Sensational Smiles, LLC v. Mullen

November 17, 2015 • Legal Briefs
By Timothy Sandefur, Anastasia P. Boden, Ilya Shapiro, & Trevor Burrus

Occupational licensing is supposed to protect consumers against people who would practice a trade without the proper qualifications, threatening public health and safety. Under today’s law, however, courts give states extremely broad deference to use licensure in whatever way lawmakers or unelected bureaucrats think best. That deference is called the “rational basis” test, and it only asks whether a state has a “legitimate” interest to restrict economic liberties. That raises a crucial question—one on which the federal courts of appeals are now divided: may government restrict economic freedom, not to protect the public, but solely to protect the private benefits of a preferred group of people? Does such “mere protectionism” qualify as a “legitimate state interest” under the lenient “rational basis” rule? The Pacific Legal Foundation and Cato have asked the Supreme Court to answer that question in a case involving teeth‐​whiteners: people who help clean teeth by shining a special kind of light on them. Connecticut officials ordered a group of teeth‐​whiteners to cease operations because they were not licensed dentists. Represented by our friends at the Institute for Justice, a teeth‐​whitening company called Sensational Smiles sued, arguing that forcing their staff to spend time and money to get a dentist’s license was irrational: they don’t offer dental services, after all. Federal courts are divided over whether “mere protectionism” is a constitutional reason for regulation under the rational‐​basis test. Six circuit courts have held that, however lenient the rational basis test may be, it still requires that the government act in the interests of the public rather than the private interests of the politically powerful. But in 2003, the Denver‐​based Tenth Circuit ruled that the government can use its licensing powers for “mere protectionism”—to forbid people from engaging in a business solely as a favor to those the legislature prefers. In Sensational Smiles’ case, the New York‐​based Second Circuit agreed with the Tenth. In our brief, we argue that the Second Circuit’s holding contradicts eight centuries of Anglo‐​American common law, which has held since the days of Magna Carta that however broad the government’s power may be, it has one basic limitation: it must use its powers to serve the general public, not the private interests of the rulers or their cronies. That’s not a very strong limitation—there’s a lot the government can still do that benefits the politically powerful—but it must at least aim at the public benefit. Of course, the people who will suffer most from allowing the Second Circuit’s ruling to stand are those who lack the political influence to get the government to do its bidding. These people—including members of minority groups, and poorer entrepreneurs just starting out—must look to the courts to protect their rights. By withdrawing judicial protection for the constitutional rights, the Second Circuit essentially throws them to the mercies of the very legislatures that took their rights away. Here’s hoping the Supreme Court steps in to protect the very basic right to earn an honest living.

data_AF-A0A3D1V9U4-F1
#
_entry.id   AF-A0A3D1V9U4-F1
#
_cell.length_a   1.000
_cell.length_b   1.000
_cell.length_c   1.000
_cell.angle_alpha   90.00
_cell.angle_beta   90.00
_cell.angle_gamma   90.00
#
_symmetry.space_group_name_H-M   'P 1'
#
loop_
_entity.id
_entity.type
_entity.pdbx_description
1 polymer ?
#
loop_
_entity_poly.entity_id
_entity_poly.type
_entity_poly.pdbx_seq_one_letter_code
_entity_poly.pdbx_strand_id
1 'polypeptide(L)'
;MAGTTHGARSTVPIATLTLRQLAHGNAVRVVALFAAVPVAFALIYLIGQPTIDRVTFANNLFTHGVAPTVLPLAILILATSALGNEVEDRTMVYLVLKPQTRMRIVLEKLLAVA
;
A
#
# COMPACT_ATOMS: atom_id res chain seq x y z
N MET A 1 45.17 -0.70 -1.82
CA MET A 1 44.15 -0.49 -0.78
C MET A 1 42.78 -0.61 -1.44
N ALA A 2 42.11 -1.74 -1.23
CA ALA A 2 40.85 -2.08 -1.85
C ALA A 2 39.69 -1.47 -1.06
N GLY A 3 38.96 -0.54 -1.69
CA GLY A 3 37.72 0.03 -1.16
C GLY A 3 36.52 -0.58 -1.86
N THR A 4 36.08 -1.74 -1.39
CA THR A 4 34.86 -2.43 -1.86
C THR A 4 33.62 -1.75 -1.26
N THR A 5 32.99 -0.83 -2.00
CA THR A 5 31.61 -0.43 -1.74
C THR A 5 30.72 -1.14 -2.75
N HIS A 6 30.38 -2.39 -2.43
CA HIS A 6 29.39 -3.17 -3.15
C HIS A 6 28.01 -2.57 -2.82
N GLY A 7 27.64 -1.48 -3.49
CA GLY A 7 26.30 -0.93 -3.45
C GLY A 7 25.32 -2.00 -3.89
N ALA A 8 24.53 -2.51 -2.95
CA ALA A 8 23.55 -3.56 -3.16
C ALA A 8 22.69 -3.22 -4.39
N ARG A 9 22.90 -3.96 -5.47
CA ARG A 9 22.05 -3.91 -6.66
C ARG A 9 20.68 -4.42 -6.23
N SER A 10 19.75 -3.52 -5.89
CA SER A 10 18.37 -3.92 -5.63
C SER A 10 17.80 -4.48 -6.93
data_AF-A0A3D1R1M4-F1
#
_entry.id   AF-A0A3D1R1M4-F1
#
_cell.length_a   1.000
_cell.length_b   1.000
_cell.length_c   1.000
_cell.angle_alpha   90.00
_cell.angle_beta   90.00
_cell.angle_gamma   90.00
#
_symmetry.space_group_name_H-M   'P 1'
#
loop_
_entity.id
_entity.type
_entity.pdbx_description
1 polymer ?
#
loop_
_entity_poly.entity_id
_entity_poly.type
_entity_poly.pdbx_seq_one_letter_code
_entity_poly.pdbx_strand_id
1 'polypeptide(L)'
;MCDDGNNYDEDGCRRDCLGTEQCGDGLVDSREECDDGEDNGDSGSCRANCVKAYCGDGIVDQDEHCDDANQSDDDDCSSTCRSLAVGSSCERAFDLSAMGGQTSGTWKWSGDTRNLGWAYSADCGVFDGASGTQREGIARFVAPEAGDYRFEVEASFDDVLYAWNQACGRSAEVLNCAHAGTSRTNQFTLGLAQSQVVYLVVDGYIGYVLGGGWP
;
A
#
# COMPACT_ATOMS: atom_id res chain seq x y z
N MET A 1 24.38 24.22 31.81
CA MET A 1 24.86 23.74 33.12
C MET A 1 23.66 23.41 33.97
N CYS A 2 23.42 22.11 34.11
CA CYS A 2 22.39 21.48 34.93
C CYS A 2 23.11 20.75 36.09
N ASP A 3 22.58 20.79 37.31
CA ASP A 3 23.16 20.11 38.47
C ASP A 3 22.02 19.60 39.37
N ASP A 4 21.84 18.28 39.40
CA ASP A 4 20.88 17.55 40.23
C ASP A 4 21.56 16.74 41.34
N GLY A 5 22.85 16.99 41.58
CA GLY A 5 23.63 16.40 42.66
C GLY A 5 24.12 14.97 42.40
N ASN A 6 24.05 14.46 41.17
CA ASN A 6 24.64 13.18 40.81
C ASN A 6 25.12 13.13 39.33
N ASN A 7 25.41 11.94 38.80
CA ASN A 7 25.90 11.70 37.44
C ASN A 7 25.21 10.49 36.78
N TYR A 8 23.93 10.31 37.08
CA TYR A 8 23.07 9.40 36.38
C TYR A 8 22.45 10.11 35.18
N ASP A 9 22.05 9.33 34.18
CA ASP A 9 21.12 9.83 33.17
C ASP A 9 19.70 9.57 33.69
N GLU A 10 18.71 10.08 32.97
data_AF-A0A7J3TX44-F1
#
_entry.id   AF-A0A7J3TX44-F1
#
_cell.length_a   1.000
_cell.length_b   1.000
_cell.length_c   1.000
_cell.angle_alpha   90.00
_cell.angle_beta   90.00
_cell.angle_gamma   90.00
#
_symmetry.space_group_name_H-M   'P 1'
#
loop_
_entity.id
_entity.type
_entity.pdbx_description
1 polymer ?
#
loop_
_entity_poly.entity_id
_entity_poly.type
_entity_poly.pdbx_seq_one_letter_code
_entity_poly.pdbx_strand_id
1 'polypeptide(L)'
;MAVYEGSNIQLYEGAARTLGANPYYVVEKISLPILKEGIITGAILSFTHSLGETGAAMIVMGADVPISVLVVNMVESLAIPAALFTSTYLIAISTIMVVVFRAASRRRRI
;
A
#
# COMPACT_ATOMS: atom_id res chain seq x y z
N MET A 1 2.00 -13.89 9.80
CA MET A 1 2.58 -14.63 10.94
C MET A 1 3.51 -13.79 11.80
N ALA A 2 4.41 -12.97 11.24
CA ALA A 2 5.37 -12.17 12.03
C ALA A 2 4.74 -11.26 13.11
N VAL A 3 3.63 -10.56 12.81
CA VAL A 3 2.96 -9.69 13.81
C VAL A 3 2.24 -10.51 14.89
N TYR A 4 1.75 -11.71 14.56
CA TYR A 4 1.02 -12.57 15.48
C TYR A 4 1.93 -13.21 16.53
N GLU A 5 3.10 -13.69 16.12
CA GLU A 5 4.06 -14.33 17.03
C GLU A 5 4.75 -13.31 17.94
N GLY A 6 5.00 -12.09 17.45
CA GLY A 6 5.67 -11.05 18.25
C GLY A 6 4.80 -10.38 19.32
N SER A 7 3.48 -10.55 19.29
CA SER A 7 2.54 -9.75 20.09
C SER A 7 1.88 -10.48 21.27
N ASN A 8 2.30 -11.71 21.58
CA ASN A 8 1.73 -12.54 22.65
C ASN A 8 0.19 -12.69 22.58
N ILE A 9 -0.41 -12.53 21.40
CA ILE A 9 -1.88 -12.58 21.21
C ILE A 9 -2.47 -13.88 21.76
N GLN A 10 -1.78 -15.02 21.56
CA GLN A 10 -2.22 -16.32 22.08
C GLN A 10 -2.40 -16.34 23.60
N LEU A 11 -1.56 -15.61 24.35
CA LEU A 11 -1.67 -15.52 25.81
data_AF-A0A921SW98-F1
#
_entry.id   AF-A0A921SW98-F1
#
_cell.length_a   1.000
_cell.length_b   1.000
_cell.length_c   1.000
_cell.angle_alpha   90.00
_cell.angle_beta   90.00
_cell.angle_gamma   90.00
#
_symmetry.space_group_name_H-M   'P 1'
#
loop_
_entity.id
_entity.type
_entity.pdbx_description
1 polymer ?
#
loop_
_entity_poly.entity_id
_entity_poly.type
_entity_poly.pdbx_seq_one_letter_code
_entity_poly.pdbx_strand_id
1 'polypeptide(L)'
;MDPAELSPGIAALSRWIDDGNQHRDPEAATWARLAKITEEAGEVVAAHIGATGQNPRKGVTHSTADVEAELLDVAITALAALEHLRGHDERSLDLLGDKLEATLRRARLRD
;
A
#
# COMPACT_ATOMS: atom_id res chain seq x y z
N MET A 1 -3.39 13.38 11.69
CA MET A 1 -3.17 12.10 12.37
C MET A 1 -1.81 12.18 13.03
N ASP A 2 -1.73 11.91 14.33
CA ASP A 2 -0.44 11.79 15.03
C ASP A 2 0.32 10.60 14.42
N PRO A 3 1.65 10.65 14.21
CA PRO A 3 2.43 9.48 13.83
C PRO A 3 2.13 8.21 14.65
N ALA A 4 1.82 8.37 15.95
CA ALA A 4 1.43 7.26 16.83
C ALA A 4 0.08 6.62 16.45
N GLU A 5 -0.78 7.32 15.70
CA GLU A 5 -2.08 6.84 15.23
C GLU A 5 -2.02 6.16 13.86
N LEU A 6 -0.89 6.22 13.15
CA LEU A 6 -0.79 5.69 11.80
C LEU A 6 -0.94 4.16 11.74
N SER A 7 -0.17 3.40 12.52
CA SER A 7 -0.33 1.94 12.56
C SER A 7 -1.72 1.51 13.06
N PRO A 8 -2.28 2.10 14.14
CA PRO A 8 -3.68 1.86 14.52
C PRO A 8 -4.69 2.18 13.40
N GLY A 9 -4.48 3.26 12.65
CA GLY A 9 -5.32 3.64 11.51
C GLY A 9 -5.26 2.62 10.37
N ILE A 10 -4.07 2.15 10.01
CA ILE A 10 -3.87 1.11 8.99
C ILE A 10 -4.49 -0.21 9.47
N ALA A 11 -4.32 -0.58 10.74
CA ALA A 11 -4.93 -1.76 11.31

About the Authors
Anastasia P. Boden
Ilya Shapiro

Ilya Shapiro is the director of the Robert A. Levy Center for Constitutional Studies at the Cato Institute and publisher of the Cato Supreme Court Review.

Trevor Burrus

Research Fellow, Robert A. Levy Center for Constitutional Studies